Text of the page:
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Wal-Mart: A Step In The Right Direction

 4 min read / 

We all know M&A activity occurs in waves. 2016 just so happens to be waving goodbye to a particularly impressive 2015 regarding M&A volume. European M&A deals suffered a 41% drop in the second quarter of this year, while Brexit uncertainty has caused an 85% year-on-year decline for the second quarter in Britain. However, skim across the pond and one can see that American M&A activity remains relatively tenacious. Such health in the American M&A sector is primarily fuelled by the technology space. In particular, Wal-Mart’s role in the most expensive acquisition for an e-commerce start-up, when it acquired the online retailer Jet.com, has been one high point concerning increasing M&A activity. However, let’s take a look at the exact motivations behind, and forecasts one can take from this deal.

Wal-Mart stock prices, July – September 2016
Wal-Mart stock prices, July – September 2016

E-commerce Relief

From the chart, it is possible to see a decline in Wal-Mart stock price after the acquisition of Jet.com in early August. This is understandable considering the surprisingly large premium paid to Jet.com and any slight uncertainties that have followed throughout the following weeks regarding integration of workplace cultures. Management power struggles have not appeared to be an issue as the innovative and tech-knowledgeable Marc Lore has continued to head Jet.com and Walmart.com. This is assumedly a relief for Wal-Mart management after their poor performance in the e-commerce sector over the past few years.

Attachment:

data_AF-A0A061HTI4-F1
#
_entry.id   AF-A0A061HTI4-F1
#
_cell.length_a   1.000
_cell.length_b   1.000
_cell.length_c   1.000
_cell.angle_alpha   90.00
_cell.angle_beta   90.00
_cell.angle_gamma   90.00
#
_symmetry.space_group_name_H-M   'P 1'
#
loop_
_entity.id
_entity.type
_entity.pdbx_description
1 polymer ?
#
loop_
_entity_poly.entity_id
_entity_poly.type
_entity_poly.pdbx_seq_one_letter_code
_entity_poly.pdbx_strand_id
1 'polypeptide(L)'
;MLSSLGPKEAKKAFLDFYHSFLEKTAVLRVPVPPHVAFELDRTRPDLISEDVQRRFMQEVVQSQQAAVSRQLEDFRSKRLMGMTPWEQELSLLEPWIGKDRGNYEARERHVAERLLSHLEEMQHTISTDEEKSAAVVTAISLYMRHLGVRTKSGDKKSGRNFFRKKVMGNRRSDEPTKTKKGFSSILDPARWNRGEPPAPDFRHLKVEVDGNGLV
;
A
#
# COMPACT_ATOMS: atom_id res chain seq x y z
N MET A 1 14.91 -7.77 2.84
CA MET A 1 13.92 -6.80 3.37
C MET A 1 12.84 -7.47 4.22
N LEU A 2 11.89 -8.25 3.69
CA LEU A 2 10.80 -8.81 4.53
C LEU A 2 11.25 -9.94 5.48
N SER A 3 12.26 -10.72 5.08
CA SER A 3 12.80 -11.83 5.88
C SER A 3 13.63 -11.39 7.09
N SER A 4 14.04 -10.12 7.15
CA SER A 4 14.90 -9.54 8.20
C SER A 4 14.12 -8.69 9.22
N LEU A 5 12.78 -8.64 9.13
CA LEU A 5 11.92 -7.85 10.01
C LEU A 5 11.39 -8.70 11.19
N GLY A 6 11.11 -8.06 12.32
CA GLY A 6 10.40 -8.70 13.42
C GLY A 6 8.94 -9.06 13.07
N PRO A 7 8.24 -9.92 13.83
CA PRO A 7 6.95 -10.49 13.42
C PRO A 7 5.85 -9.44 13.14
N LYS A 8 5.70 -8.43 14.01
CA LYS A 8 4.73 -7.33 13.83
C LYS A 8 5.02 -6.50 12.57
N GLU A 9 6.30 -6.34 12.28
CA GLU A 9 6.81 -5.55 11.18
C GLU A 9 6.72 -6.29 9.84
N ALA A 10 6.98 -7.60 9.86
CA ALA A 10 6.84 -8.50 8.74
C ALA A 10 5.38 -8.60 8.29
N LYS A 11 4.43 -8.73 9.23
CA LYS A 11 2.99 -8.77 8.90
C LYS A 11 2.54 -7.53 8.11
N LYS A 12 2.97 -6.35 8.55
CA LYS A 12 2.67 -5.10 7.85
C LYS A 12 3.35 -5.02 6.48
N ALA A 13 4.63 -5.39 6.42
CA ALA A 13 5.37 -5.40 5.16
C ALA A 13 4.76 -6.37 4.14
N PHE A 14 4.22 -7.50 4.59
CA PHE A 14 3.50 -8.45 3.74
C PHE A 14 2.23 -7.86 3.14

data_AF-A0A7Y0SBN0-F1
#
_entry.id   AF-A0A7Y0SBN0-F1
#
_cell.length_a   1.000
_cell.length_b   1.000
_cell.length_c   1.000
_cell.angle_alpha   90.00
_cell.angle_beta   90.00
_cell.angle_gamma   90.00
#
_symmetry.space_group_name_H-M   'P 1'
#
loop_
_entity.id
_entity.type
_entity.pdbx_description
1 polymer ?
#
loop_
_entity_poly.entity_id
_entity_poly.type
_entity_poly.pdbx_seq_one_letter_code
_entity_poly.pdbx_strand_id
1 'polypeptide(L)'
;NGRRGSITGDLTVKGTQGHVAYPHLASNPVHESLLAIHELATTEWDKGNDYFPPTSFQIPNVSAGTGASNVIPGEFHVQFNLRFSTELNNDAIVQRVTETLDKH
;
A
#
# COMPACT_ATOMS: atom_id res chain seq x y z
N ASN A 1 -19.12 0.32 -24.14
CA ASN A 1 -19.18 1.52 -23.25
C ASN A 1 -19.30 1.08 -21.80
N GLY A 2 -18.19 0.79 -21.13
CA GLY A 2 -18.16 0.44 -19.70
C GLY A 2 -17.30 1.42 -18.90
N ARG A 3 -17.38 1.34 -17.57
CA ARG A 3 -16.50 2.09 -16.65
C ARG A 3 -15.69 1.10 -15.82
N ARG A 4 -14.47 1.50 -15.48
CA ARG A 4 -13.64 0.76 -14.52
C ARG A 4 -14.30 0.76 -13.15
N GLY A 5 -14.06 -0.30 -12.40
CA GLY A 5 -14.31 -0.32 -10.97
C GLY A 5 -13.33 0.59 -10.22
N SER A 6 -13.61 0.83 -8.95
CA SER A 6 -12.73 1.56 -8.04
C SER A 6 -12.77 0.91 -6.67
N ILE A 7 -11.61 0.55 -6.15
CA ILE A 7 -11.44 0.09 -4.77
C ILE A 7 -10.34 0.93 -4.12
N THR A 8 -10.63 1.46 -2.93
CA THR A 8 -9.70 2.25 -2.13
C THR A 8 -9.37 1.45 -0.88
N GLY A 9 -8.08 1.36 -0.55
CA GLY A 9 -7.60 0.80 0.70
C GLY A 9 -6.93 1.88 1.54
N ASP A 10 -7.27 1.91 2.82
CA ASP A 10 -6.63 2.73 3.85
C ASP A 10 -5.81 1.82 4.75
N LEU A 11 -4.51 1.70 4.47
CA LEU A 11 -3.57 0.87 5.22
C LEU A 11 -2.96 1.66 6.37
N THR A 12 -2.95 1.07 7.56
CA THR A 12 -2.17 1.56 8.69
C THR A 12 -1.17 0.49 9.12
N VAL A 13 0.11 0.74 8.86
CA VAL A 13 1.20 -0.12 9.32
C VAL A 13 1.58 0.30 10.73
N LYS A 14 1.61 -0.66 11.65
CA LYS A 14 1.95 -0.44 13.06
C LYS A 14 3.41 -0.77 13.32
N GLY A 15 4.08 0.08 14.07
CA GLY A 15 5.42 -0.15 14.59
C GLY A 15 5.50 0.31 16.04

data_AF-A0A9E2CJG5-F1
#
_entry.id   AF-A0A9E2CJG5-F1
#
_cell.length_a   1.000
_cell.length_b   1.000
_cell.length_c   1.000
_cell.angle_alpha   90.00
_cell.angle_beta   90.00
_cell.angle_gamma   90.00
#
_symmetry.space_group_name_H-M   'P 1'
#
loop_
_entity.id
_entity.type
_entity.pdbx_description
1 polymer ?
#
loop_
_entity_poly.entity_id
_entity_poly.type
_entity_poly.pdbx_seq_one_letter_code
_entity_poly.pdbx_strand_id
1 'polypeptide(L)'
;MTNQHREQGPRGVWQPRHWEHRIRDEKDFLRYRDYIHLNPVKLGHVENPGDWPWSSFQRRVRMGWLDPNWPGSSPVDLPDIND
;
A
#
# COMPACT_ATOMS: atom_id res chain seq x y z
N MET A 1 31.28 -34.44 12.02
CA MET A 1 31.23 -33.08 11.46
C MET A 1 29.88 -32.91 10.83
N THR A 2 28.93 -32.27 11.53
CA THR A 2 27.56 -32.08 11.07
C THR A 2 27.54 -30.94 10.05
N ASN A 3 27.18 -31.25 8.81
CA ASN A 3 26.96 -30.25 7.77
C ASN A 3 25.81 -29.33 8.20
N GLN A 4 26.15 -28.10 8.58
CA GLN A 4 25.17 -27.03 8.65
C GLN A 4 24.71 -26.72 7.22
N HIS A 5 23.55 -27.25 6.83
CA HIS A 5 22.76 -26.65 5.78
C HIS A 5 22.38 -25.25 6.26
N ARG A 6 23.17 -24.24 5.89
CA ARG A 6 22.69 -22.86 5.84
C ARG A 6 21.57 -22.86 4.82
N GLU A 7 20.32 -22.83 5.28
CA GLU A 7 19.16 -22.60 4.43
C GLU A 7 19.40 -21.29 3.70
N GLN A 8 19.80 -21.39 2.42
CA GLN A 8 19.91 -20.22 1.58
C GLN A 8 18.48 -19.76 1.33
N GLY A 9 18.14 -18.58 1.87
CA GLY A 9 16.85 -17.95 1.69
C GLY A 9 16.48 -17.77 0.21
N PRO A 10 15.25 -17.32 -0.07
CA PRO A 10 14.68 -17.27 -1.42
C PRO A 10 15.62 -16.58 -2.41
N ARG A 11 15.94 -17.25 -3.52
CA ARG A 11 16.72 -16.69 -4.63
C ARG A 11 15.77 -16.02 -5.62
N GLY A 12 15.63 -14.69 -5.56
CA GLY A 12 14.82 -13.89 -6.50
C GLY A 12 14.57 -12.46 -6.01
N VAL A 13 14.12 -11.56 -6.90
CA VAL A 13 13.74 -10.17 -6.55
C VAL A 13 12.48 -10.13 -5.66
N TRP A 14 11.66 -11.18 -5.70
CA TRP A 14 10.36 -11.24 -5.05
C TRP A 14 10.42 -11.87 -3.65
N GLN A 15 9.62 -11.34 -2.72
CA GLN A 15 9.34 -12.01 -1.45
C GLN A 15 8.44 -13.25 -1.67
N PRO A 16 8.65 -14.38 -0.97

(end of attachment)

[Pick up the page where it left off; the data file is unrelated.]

Although Wal-Mart’s global e-commerce sales increased by 12% in 2015 to $13.7 billion, this pales in comparison to its major competitor Amazon, which experienced an increase of 20% to $107 billion across the same period. These relatively underwhelming figures posted by Wal-Mart deteriorated yet further during the first quarter of 2016, slowing to just 7%. Furthermore, Wal-Mart’s e-commerce sales could do with a boost, standing annually at just $14 billion having experienced declining growth rates for the past five quarters. This is a mere fraction of Amazon’s equivalent figure, $99 billion.

Such issues in the e-commerce sector must surely have been a major driver for Wal-Mart in this acquisition of Jet.com, an entirely online organisation that has recently topped $1 billion in sales. This figure has arrived after the company has been running for just two years. Amazon’s sales did not reach this landmark figure for four years after the firm’s creation. Jet.com runs an intuitive real-time pricing algorithm, SmartCart, which provides the customers with extra discounts if they buy more products. It also offers further discounts if customers forfeit the right to return the item(s). Such innovation will undoubtedly aid Wal-Mart’s e-commerce sales, at very least by providing access to Jet.com’s extensive customer base that is primarily made up of millennials, an audience with which Wal-Mart has infamously struggled.

With Jet.com’s tech “know-how” and Wal-Mart’s economies of scale offering, the potential synergy between the two firms could become very successful indeed.

Acquisition Overpayment?

Wal-Mart has come under significant criticism for seeming to overpay for Jet.com. The deal was funded in a split fashion with $3 billion of cash and $300 million in stock, to be paid over the next five years. Admittedly, if we consider Jet.com’s price-to-sales valuation, it does seem to be incredibly high. It stands at around 6. However, perhaps Jet.com’s price tag can be justified if one considers the following factors:

  1. Jet.com has had an incredibly successful initial couple of years and has been forecasted to experience impressive future growth.
  2. $3.3 billion is not too much for Wal-Mart, which controls around $27 billion in annual operating cash flow.
  3. The development of Wal-Mart’s e-commerce capability, considering its recent failures in this area, are surely crucial.

Thus, one can see Walmart’s logic in paying such a premium for Jet.com. Some may view it as risky. Others will see the acquisition as a smart move with potentially huge future payouts, especially if the deal brings Wal-Mart into closer competition with Amazon’s online marketplace.

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